Copyright © 2012 Kathleen G. Lupole
All Photographs Copyright © 2012  Kathleen G. Lupole

Saturday, February 11, 2012

What Foods Should Be In Your Pantry

A little snow fell last night

As I was making my list this morning of the supplies I am getting low on, I realized that many people still do not prepare. They think they have time. Or they think nothing is going to happen. Well, it doesn't have to be the collapse of our country to be an emergency. It could be many different things, that would necessitate you not being able to leave your home for some reason. And possibly not having any electricity either. Try living for a week-end with your power turned off and see how you do. Plan it so that you, or anyone in your family, cannot leave your home during this test period. How do you think you will do?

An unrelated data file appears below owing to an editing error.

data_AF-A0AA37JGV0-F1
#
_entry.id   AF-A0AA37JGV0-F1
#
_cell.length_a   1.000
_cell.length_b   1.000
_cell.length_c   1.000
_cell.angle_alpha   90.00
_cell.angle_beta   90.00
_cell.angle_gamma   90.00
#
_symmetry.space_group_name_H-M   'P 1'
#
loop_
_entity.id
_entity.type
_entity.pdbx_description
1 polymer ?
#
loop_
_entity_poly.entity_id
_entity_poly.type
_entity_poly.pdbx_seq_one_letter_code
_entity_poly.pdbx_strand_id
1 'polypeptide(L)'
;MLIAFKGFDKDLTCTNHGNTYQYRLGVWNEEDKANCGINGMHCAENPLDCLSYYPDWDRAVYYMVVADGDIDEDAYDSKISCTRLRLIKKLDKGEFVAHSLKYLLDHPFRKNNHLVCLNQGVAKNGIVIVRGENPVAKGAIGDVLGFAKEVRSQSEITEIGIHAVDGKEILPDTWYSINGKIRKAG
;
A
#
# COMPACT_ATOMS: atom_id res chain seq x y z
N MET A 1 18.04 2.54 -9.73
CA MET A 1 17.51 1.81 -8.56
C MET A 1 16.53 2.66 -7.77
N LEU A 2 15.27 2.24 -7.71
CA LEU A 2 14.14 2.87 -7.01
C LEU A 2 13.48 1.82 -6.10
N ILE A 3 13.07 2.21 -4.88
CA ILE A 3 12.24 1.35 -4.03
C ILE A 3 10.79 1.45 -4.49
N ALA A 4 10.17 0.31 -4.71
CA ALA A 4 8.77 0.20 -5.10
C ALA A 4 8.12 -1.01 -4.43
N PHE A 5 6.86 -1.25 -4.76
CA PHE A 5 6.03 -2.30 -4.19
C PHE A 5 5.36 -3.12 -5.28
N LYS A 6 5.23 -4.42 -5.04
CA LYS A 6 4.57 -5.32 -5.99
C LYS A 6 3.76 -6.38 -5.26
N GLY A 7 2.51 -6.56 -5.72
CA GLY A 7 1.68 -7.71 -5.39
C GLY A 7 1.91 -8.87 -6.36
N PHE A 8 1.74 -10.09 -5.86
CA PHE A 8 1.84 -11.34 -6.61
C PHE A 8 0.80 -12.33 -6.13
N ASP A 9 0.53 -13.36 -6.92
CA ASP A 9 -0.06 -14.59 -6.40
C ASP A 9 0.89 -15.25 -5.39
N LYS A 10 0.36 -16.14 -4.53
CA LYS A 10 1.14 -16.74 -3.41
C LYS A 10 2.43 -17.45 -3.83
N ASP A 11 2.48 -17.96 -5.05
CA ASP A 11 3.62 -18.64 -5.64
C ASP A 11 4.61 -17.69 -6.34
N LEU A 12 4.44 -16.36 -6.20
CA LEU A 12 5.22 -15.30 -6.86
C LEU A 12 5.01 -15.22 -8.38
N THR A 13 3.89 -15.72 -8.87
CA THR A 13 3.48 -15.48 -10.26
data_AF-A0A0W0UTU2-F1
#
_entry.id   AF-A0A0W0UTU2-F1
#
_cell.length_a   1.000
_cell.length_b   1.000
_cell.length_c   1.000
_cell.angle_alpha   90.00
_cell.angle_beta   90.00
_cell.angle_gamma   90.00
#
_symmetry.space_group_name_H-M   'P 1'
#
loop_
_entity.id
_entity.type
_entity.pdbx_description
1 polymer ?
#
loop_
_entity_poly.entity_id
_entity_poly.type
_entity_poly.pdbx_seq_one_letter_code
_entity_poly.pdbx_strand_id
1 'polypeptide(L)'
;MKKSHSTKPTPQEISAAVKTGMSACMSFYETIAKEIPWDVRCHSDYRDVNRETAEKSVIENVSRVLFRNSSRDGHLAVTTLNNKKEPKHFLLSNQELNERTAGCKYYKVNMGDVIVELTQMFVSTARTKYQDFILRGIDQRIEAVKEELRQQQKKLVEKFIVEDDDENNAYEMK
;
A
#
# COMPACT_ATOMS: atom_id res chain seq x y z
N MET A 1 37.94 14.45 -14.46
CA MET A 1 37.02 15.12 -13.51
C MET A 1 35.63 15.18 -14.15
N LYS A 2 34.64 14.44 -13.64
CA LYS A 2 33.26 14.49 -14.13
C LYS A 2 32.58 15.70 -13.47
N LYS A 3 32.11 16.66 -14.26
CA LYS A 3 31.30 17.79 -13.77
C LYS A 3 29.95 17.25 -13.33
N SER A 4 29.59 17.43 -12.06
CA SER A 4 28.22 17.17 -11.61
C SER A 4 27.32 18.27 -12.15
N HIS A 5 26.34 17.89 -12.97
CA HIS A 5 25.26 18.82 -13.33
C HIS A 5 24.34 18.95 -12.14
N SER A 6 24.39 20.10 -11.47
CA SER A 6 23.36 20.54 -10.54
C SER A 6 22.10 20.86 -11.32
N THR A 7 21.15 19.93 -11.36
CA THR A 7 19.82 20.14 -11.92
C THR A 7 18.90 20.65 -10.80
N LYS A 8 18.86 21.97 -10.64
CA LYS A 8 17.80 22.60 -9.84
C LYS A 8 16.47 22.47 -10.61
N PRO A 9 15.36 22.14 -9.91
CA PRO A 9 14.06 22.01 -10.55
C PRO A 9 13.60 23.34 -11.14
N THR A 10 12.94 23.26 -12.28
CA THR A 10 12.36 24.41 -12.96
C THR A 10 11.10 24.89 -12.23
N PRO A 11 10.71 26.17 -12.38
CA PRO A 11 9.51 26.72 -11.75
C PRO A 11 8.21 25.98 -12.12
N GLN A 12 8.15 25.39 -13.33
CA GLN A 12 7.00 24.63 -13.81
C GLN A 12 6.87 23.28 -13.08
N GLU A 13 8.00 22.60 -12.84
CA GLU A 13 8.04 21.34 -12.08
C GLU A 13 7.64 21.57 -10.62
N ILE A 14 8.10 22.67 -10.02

Make meals from the foods you have stored. Now we will take a look at your food. I am not talking about your garden produce here. What are you missing? What don't you care for? Do not store foods you or your family members will not eat. Almost everyone I know stores rice and beans. We never eat rice and beans. I think it would get pretty depressing if we stored them, and had to eat them in an emergency. I like to make a bean soup, or baked beans, occasionally. Now when I am writing this, I realize there are some rice dishes we like, but I haven't made them in a long, long time. Rice pudding is one. Who doesn't love homemade rice pudding? Stir fry on top of a plate of rice is another. So I will put rice back on the list. Just not a lot of it.